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The building where The Nation offices have been housed for the last three-and-a-half years is a sturdy neoclassical structure—all beige brick and upper terraces—hovering over the tumult of the Garment District. For nearly 100 years, it has watched over the neighborhood, been part of the neighborhood, a hive buzzing within a vast, frenetic ecosystem. Tending to that hive, keeping it humming, has been a dedicated band of janitors and freight operators, doormen and porters, handymen, superintendents, and jacks of all trade.
On March 27, the building lost a member of that band, Omar Portillo. A gentle soul who had dedicated the last 25 years of his life to working as a handyman in the building, Omar died from complications of the novel coronavirus in a crowded Wyckoff Heights Medical Center in Bushwick, Brooklyn. He would have turned 64 years old the next day. He was a father of two daughters in Honduras and two sons in New York, a grandfather, and a husband to his wife, Scarlett. He was also an adored colleague, known for his kindness and warmth.
“We all remember Omar in the office for his warm hugs—he always asked everyone how they were doing and most importantly how their families were doing,” wrote Jessica Leon, assistant manager for GFP Real Estate, which owns and operates the building where Omar worked, in an e-mail. “Our office will never be the same now.”
The Honduran native moved from his home in San Pedro Sula to New York City in the early 1980s and began working for GFP Real Estate in the mid-1990s. After Omar’s passing, one of his coworkers organized a fundraiser to help his family. The fundraiser page is filled with comments in both English and Spanish from coworkers, friends, and relatives back in Honduras that have posted about how much they love and will miss Omar.
“Omar was a beam of light in a dark world, my friend and such a beautiful soul,” his coworker Nicole wrote.
Omar’s stepson, Eduardo Barahona, said that Omar was one of the first employees to be sent home when concerns about Covid-19 began rippling through the building. Soon after, his son noticed that he was coughing. Omar was worried about his coworkers and was upset to be stuck at home instead of working. He had worked since the age of 12 and loved being around his coworkers.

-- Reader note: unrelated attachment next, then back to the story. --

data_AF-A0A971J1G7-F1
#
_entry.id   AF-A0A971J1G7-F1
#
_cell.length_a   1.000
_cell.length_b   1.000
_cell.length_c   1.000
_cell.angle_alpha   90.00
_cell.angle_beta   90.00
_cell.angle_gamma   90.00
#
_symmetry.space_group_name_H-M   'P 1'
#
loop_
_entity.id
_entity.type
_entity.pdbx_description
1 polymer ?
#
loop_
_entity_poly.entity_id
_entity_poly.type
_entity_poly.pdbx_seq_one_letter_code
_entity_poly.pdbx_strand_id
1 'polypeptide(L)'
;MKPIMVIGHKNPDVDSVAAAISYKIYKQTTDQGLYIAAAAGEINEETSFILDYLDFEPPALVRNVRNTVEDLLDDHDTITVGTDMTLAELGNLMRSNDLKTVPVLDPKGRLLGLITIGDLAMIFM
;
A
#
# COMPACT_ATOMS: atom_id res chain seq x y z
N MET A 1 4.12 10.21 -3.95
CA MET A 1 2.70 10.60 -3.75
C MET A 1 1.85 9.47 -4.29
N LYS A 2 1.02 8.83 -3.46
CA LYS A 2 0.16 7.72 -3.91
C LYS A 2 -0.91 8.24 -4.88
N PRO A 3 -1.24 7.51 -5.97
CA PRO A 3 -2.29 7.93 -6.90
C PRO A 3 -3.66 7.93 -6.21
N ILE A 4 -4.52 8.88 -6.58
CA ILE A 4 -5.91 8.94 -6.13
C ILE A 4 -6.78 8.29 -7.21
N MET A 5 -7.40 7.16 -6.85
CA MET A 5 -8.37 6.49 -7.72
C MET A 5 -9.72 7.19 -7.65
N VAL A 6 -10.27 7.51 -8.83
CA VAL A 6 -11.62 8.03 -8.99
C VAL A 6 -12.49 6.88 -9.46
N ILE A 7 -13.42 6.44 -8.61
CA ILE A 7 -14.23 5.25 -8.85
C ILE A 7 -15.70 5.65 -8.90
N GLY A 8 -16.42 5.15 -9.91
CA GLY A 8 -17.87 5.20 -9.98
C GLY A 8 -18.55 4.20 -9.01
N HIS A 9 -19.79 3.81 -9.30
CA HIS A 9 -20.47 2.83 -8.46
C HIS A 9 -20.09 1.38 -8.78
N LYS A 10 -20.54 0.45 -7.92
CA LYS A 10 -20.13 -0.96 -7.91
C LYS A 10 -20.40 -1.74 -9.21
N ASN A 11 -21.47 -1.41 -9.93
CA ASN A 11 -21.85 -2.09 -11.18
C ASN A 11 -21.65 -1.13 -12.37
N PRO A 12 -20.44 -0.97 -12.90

“Work was everything to him—work and family,” Barahona said.
Omar loved family trips, and Barahona’s memories are filled with long summertime drives down to Florida and months spent in Honduras visiting family. Omar had raised Barahona since he was 8 years old and loved being a grandfather to Barahona’s son. In so many of the photos posted online by friends and family, Omar is seen with his thick cap of white and gray hair, smiling gently, putting his arm around someone or hugging them. In one photo, a slightly younger Barahona can be seen sitting at a table with a birthday balloon as Omar gives him a kiss on the cheek.
Barahona remembers how funny and cheerful Omar was and how he tried to look on the bright side. Even when he was sick, Barahona remembers Omar saying that he was all right—and trying to cheer up everyone else around him.
Barahona also described how his mother and Omar would jokingly argue about what songs to listen to on the radio during one of the many long family drives. Omar was a salsa and merengue lover, while Scarlett loved boleros and older romantic songs. Barahona’s mother and Omar had dated back in Honduras when they were teenagers but lost touch when Scarlett moved to the United States with a relative. Years later, both then living in the United States, Omar and Scarlett bumped into each other and reconnected. They rekindled a relationship in the early ‘90s and were married a few years later, Barahona said.
“I feel like they were destined to be together,” he said.
Over the years, Omar’s coworkers have gotten to know his family and have reached out to share memories and offer their condolences. Barahona isn’t surprised that so many people have contributed to and commented on the fundraiser for his stepfather; it’s part of the legacy Omar left behind as a worker and a friend.
“It’s something I definitely feed off of, especially in these times, because it’s hard,” Barahona said. “I remember how he was so driven regardless…. This man was like, ‘We’re gonna get through this,’ and that’s what’s keeping me positive…because of his memory.”